• Width Options: 50 inches to 64 inches
  • Fabric Options: 7D, 10D, or 20D nylon
  • Footbox Style: Convertible (closed option available in their Engima style)

Pros

  • Reasonably priced options
  • Wide degree of customization possible
  • Repelled water better than anything else we tested

Cons

  • More limited warranty (three years)

Once you start investing in a better sleep setup for the backcountry, you want to really dial it in: right length, right width, right fill power, right colors. The more control you have over all these specifications, the better your sleep experience will be. And that’s where the Enlightened Equipment Revelation shines. It has more customization options available than anything else we looked at, at prices that are affordable compared to the most expensive options we looked at. If you’ve been holding off purchasing a quilt because you think you’re too tall, or you’re worried it won’t sufficiently cover your body, or you sleep cold, then look here first. 

OL’s gear editor, Scott Einsmann, snagged himself an Enlightened Equipment quilt just in time for an elk hunt in British Columbia. He says he’s slept in his 850-fill power, 10-degree quilt (paired with the Exped 5R Dura) in everything from 30 degree temps to 70 degree temps and been perfectly comfortable with no more additional layers than a hat when it got especially cold. At 6 foot 6 inches, he found the Enlightened Equipment long to be a tad short for him (better for someone 6 feet to 6 feet 4 inches)—fortunately for his next backcountry hunt, Enlightened Equipment makes a custom version of their quilts in extra-long that adds another 6 inches. 

When we tested the Enlightened Equipment Revelation on the Oregon Coast Trail, its convertible footbox ended up being less useful than we expected. Unlike the near-sleeping bag potential of the Katabatic footbox, testers reported that they were more likely to leave this footbox closed and adjust the temperature by loosening or tightening the straps connecting the quilt to their sleeping pad, rather than fiddle with the footbox. Enlightened Equipment does make an option with a closed footbox—their Enigma quilt.

Dew drops sit on one of the best ultralight quilts.
The DWR finish on the Enlightened Equipment Revelation was one of the most effective in our test of the best ultralight quilts. Laura Lancaster

The material on the exterior of the Enlightened Equipment Revelation was one of the best in our test at repelling the intense condensation of the Oregon Coast. When I used this backpacking quilt, there were huge beads of water on the bag in the morning, but they shook off quickly, leaving the quilt virtually dry. Cold sleepers, note that you may want to go up 10 degrees from your preferred temperature level, as this one runs slightly cold (although not as cold as the Zpacks Solo Quilt). 

Best Features: Stone Glacier Chilkoot Quilt

Best Features

Stone Glacier Chilkoot Quilt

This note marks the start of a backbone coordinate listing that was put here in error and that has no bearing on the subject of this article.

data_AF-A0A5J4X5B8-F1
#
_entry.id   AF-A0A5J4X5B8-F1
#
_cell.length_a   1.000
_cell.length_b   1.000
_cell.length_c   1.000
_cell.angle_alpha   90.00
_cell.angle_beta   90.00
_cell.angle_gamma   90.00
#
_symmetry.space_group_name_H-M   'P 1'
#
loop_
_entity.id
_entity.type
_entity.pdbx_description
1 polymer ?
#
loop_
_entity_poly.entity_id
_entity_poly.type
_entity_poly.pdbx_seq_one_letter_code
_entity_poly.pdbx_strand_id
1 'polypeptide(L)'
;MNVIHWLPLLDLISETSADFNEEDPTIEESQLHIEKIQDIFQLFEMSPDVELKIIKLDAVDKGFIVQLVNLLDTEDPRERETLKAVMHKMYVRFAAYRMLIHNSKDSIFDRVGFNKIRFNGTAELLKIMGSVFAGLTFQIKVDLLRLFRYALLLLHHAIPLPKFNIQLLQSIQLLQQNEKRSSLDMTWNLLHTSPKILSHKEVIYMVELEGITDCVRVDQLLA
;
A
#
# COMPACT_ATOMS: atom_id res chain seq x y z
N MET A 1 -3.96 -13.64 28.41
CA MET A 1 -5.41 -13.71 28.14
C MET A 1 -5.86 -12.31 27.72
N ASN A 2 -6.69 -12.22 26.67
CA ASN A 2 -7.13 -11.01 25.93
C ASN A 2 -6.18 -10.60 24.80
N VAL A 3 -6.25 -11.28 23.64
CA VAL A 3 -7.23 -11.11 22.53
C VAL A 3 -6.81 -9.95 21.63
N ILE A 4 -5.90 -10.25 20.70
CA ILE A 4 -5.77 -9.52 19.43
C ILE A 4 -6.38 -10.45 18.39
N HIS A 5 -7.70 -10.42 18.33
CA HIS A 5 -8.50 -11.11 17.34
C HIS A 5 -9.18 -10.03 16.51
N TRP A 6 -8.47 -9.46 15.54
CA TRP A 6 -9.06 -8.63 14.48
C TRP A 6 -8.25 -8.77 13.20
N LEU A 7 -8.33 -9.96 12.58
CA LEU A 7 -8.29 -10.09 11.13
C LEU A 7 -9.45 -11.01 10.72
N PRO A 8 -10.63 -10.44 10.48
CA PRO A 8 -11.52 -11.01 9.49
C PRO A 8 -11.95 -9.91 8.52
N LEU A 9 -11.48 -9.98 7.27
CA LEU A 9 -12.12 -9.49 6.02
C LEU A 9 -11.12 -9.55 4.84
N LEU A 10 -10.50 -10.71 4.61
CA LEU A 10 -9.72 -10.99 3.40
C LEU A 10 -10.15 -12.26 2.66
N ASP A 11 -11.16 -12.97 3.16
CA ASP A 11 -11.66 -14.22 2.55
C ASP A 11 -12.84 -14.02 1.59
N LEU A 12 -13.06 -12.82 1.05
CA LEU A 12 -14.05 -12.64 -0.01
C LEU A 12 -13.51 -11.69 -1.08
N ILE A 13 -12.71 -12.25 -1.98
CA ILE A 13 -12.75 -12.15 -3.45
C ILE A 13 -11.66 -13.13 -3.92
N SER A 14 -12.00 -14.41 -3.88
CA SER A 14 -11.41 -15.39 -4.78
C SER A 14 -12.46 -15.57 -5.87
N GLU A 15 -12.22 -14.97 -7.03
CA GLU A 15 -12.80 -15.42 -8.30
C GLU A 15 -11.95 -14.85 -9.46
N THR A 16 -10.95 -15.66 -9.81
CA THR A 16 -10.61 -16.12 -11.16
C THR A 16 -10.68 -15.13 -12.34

See It

Report Card (32-degree quilt tested)

  • Ease of Set Up: 3
  • Comfort: 4
  • Water Repellency: 3
  • Value: 2
  • Runs very warm (tested a 32-degree quilt)

Key Features

  • Temperature Ratings Options: 32 degrees
  • Fill Power Options: 850 fill power
  • Length Options: 80 inches
  • Width Options: 50 inches
  • Fabric Options: 15D Pertex Quantum Shell
  • Footbox Style: Closed
  • Lifetime warranty

Pros

  • Neck closure was one of the best we looked at
  • Runs warmer than it’s stated temperature rating

Cons

  • Less-experienced tester struggled to keep drafts out along the sides of the quilt

Part of the rise in popularity of mummy bags is that they are so good at keeping unwanted drafts from sneaking in. They are extremely effective at this, if not as comfortable or relaxing as more traditional-style sleeping bags or ultralight quilts. Quilts, conversely, typically struggle with drafts in one of two ways: Either air is sneaking in through the sides (solved by cinching down the straps underneath your pad) or it’s sneaking in through the top of the quilt where your head is. 

The Stone Glacier Chilkoot Quilt excelled at keeping out drafts from every direction.
The Stone Glacier Chilkoot Quilt excelled at keeping out drafts from every direction. Laura Lancaster

Most quilts deal with this issue with nothing more than a simple snap-button closure and drawstring at the neck, which gets the job done but can feel a bit claustrophobic. Conversely, the Stone Glacier Chilkoot Quilt gives you basically three different ways to seal off the quilt around the neck. There is the snap button, sure, but there is also a gentle magnetic closure on either end of an elastic baffled and articulated section. When the magnet is open, this section of fabric loosely conforms to your neck, and when it’s closed it closes off gaps without getting too tight. This is a real innovation that will particularly benefit individuals using tarps or cowboy camping in drafty climates. 

The slight curl to the neck opening of the Stone Glacier Chilkoot made a real difference in both comfort and draft prevention.
The slight curl to the neck opening of the Stone Glacier Chilkoot made a real difference in both comfort and draft prevention. Diana Helmuth

Our less experienced quilt users, however, struggled to keep drafts out along the sides of this quilt. Because it’s less wide and has a somewhat shallower footbox than other quilts in our test, the importance of cinching the straps down underneath the pad is essential to keeping drafts out. When a little too much slack was left in a strap, drafts snuck in—something that didn’t happen with the wider quilts that we looked at.

But there were other reasons we liked the Stone Glacier Chilkoot, too. One tester, who tried out this quilt in conjunction with a Therm-a-Rest NeoAir Xlite, reported that it ran warmer than its stated temperature: closer to a comfort-rated 32-degree quilt than a limit-rated 32-degree quilt. She also described the skin feel as “silky” and said the range of motion inside the quilt was similar to what she would expect to experience at home.